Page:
Galway city is the gateway to the west of Ireland with the beautiful Connemara Gaeltacht area on its doorstep. Galway is rich in Irish culture and offers visitors a warm welcome and a promise that one visit will never be enough!
A unique Galway atmosphere. The historic city of the tribes dances to a beat uniquely its own. Music, festivals, horse racing, pubs, restaurants, shops, theatres and most of all Galway people, combine to create this atmospheric mediaeval city of culture.
County Galway offers the visitor spectacular scenery combined with charming villages. Scenic areas include the Aran Islands, the haunting landscape of Connemara and the picturesque town of Clifden.
Aran Islands - Inis Mor, Inis Meain, Inis Orr
Group of three islands located in the Atlantic Ocean boasting some of Ireland's most impressive landscape. Located 50 minutes' drive from the City to Rossaveal, and 40 minutes' ferry ride. Serviced by a number of main agents who provide coach-and-ferry tickets, or ferry-only tickets. Approximately €30 return per adult. Cars cannot be taken. See Aran Island Ferries.
Approximately one hours drive from the city, Connemara is an area of unspoiled beauty within County Galway. Many outdoor events such as walking, fishing, golfing and cycling can be enjoyed here. For more information on things to see and do in Connemara, visit the Connemara Tourism website.
Spiddal Craft Village
Visit the Spiddal Craft Centre and Café in Connemara at the edge of the Atlantic. Situated directly across from Spiddal Beach or Trá an Spidéil which looks across the great expanse of Galway Bay to the unique Burren region, the Cliffs of Moher and the Aran Islands. Come and see local arts and craft people working and bring home beautiful gifts for yourself, friends or family.
National Aquarium, located one mile from the city in Salthill. Take A Tour, or just enjoy at your leisure, talks throughout the day include ' Big Fish' feeding, Rock pool tours, freshwater fish feeding.
Dartfield - Ireland's horse world
A centre devoted to horses, with horse riding, galleries and illustrations of horses through Ireland's history. About 40 minutes' drive from Galway on the N6 Galway to Dublin route.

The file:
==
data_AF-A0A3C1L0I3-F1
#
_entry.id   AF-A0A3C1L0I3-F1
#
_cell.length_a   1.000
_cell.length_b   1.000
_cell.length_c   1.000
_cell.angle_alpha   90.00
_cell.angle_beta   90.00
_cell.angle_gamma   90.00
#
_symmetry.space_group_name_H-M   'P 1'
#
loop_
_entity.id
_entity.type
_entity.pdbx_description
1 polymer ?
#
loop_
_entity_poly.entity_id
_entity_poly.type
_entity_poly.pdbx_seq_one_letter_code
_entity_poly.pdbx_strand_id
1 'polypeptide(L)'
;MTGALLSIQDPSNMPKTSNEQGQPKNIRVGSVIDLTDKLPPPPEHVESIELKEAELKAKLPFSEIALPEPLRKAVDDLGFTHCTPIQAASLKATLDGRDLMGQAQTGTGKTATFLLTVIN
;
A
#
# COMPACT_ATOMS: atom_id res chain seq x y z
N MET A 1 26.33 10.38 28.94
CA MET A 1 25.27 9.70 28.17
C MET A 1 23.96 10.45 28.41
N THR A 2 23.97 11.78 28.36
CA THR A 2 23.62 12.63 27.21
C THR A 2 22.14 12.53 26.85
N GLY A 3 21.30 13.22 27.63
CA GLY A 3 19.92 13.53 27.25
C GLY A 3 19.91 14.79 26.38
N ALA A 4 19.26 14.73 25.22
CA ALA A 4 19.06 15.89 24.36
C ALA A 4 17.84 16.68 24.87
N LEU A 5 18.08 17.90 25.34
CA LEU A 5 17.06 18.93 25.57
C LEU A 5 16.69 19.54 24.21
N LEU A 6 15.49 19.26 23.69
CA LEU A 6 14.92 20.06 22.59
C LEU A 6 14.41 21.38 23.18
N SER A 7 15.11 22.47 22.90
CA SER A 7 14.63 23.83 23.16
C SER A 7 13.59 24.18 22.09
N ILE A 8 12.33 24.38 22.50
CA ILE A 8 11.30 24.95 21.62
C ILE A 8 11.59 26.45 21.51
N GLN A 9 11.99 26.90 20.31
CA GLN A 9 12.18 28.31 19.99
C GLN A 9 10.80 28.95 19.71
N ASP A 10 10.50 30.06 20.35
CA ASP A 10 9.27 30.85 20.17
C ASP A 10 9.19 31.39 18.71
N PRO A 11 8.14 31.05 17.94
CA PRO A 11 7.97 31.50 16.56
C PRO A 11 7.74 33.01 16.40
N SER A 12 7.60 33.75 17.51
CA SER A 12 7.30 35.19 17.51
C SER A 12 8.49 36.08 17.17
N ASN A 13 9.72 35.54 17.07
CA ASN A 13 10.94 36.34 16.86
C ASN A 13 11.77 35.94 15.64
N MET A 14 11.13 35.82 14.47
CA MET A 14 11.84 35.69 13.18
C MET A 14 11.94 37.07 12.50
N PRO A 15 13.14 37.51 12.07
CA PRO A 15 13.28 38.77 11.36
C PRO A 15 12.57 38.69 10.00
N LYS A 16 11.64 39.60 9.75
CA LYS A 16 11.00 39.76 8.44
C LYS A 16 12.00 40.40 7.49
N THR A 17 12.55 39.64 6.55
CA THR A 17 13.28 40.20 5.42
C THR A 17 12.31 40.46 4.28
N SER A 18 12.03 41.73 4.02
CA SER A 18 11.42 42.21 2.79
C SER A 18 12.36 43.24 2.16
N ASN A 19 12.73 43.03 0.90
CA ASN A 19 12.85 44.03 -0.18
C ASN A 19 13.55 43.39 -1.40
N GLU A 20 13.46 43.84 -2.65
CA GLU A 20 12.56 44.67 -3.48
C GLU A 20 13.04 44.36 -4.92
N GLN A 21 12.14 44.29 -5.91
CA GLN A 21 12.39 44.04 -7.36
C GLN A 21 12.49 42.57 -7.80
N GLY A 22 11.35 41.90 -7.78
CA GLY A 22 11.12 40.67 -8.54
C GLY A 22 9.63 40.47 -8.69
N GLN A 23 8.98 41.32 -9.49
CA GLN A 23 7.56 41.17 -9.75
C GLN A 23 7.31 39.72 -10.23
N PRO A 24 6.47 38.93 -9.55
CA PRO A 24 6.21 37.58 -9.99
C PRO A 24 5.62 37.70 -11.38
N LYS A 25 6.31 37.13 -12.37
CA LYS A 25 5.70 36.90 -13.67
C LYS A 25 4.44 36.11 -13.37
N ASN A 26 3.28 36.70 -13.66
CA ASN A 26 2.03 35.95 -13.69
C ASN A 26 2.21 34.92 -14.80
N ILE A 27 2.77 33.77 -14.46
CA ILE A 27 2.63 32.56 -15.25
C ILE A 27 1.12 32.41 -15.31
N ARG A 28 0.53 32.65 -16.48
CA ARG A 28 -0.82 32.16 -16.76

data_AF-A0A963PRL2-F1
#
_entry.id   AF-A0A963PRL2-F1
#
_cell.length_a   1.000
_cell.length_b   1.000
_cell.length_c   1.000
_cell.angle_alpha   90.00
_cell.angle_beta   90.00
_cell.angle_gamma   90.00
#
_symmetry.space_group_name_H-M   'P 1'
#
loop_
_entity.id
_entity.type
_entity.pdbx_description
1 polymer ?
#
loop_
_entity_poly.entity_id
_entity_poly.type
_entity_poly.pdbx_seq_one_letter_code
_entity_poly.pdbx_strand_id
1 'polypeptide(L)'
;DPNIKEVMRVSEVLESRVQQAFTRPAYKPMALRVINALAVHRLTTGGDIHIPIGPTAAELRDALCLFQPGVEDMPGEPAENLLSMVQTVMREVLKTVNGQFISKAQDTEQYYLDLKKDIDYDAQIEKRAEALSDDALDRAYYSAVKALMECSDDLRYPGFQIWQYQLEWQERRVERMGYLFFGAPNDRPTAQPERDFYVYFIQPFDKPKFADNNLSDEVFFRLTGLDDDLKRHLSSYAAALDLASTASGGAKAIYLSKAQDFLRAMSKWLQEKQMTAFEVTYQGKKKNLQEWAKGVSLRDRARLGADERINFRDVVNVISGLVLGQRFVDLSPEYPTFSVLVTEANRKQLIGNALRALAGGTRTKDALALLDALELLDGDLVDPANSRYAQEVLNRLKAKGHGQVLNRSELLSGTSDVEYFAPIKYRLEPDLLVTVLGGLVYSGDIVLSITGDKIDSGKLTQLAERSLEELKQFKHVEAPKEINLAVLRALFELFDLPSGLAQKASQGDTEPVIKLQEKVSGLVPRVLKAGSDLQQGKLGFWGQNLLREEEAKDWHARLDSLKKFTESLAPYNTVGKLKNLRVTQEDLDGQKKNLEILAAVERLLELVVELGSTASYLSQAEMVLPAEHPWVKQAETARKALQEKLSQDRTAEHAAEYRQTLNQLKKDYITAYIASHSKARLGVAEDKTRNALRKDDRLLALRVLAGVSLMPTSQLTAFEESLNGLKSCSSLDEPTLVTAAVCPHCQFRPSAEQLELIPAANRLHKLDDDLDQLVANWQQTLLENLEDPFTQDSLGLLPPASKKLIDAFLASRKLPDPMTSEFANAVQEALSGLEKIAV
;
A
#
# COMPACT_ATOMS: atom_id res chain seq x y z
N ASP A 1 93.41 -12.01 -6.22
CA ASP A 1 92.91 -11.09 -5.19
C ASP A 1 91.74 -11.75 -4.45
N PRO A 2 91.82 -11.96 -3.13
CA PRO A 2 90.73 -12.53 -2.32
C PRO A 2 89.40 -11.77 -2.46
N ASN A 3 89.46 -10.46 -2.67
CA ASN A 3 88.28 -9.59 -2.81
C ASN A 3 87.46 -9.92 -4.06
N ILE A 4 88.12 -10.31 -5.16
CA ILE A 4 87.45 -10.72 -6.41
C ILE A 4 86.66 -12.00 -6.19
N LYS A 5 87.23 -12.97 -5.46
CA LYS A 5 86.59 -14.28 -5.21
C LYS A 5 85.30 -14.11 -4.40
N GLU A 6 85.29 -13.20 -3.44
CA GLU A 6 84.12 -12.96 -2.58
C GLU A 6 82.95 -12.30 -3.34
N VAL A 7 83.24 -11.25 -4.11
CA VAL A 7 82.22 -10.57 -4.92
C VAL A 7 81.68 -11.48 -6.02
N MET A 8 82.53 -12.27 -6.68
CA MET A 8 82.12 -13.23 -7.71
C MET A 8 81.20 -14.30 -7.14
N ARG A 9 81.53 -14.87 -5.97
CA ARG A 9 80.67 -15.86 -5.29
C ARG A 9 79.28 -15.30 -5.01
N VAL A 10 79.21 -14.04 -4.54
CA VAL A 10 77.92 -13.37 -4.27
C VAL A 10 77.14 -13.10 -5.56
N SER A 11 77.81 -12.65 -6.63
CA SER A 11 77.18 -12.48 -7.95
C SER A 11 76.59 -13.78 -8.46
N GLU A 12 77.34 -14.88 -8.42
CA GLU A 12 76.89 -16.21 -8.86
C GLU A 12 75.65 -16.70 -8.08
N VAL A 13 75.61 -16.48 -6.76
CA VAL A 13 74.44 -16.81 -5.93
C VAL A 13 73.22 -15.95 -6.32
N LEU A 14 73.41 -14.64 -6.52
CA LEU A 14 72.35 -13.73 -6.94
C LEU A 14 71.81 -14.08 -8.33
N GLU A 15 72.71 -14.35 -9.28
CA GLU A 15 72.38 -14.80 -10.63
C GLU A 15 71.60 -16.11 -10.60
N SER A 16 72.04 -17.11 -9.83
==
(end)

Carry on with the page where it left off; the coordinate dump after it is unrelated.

Salthill is a small resort with amusements, an Omniplex cinema and sandy beaches. 10-minute drive from the city or a 25-minute walk.
The historic Spanish Arch. Only one remaining of four located at the end of Shop Street.
Kylemore Abbey and Gardens
Home of the Irish Benedictine nuns. Located in north Connemara. One-hour drive from Galway City.
Located just outside Oranmore, this park surrounds a stately home. Approximately 15 minutes' drive from the city with free admission.
Galway Cathedral is one of the city’s largest buildings and its huge octagonal dome is visible for miles around. It is relatively new, completed in 1965, and unusually for a church of that period was built not of concrete but of stone (Galway limestone), a major project with took almost 8 years to complete. It mixes several architectural styles, and while the Renaissance influence is to the fore, there is a Gothic style to the arches in the nave, a Spanish feel about the side aisles and a Romaneque tower to add to the panoply of styles.
Portumna Castle and Demesne
Occupying a magnificent location on the shores of Lough Derg on the River Shannon, the Castle is an imposing example of Irish architecture of the early 17th Century. Built before 1618 by Richard de Burgo, 4th Earl of Clanricarde, the castle became the main seat of the de Burgo family for over 200 years. The ground floor of the castle is open to the public and houses an exhibition on the history and restoration of the building and the de Burgo family.